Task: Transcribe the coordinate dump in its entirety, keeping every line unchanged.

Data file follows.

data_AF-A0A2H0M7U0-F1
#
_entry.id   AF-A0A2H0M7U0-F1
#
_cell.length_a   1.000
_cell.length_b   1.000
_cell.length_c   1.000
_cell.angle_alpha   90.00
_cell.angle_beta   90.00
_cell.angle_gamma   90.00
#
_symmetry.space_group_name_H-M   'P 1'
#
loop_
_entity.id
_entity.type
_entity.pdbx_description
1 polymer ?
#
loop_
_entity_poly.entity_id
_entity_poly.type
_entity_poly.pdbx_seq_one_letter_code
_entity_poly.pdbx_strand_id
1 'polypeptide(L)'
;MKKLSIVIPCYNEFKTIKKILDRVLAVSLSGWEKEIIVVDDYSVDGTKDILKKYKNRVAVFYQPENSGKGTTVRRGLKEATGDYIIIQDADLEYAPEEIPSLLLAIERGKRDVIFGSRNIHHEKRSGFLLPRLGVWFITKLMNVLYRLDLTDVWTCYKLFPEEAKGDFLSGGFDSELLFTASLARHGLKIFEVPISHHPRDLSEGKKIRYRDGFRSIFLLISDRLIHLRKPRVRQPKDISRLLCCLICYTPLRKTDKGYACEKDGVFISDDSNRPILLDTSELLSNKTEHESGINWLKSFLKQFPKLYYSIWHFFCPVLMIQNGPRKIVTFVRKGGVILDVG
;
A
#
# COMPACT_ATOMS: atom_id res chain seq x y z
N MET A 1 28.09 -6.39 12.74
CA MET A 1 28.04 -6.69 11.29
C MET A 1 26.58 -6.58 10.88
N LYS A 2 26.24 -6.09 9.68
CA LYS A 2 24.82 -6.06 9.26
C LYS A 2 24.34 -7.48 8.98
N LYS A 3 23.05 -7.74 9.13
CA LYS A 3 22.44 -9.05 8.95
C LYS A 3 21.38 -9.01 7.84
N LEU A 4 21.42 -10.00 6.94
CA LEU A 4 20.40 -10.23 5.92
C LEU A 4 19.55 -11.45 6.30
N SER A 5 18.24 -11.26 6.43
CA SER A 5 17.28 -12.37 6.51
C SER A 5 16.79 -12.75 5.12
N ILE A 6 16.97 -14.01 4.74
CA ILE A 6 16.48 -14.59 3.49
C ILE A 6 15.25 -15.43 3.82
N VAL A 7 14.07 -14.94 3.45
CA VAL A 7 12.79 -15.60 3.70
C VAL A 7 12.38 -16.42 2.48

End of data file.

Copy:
data_AF-A0A2H0M7U0-F1
#
_entry.id   AF-A0A2H0M7U0-F1
#
_cell.length_a   1.000
_cell.length_b   1.000
_cell.length_c   1.000
_cell.angle_alpha   90.00
_cell.angle_beta   90.00
_cell.angle_gamma   90.00
#
_symmetry.space_group_name_H-M   'P 1'
#
loop_
_entity.id
_entity.type
_entity.pdbx_description
1 polymer ?
#
loop_
_entity_poly.entity_id
_entity_poly.type
_entity_poly.pdbx_seq_one_letter_code
_entity_poly.pdbx_strand_id
1 'polypeptide(L)'
;MKKLSIVIPCYNEFKTIKKILDRVLAVSLSGWEKEIIVVDDYSVDGTKDILKKYKNRVAVFYQPENSGKGTTVRRGLKEATGDYIIIQDADLEYAPEEIPSLLLAIERGKRDVIFGSRNIHHEKRSGFLLPRLGVWFITKLMNVLYRLDLTDVWTCYKLFPEEAKGDFLSGGFDSELLFTASLARHGLKIFEVPISHHPRDLSEGKKIRYRDGFRSIFLLISDRLIHLRKPRVRQPKDISRLLCCLICYTPLRKTDKGYACEKDGVFISDDSNRPILLDTSELLSNKTEHESGINWLKSFLKQFPKLYYSIWHFFCPVLMIQNGPRKIVTFVRKGGVILDVG
;
A
#
# COMPACT_ATOMS: atom_id res chain seq x y z
N MET A 1 28.09 -6.39 12.74
CA MET A 1 28.04 -6.69 11.29
C MET A 1 26.58 -6.58 10.88
N LYS A 2 26.24 -6.09 9.68
CA LYS A 2 24.82 -6.06 9.26
C LYS A 2 24.34 -7.48 8.98
N LYS A 3 23.05 -7.74 9.13
CA LYS A 3 22.44 -9.05 8.95
C LYS A 3 21.38 -9.01 7.84
N LEU A 4 21.42 -10.00 6.94
CA LEU A 4 20.40 -10.23 5.92
C LEU A 4 19.55 -11.45 6.30
N SER A 5 18.24 -11.26 6.43
CA SER A 5 17.28 -12.37 6.51
C SER A 5 16.79 -12.75 5.12
N ILE A 6 16.97 -14.01 4.74
CA ILE A 6 16.48 -14.59 3.49
C ILE A 6 15.25 -15.43 3.82
N VAL A 7 14.07 -14.94 3.45
CA VAL A 7 12.79 -15.60 3.70
C VAL A 7 12.38 -16.42 2.48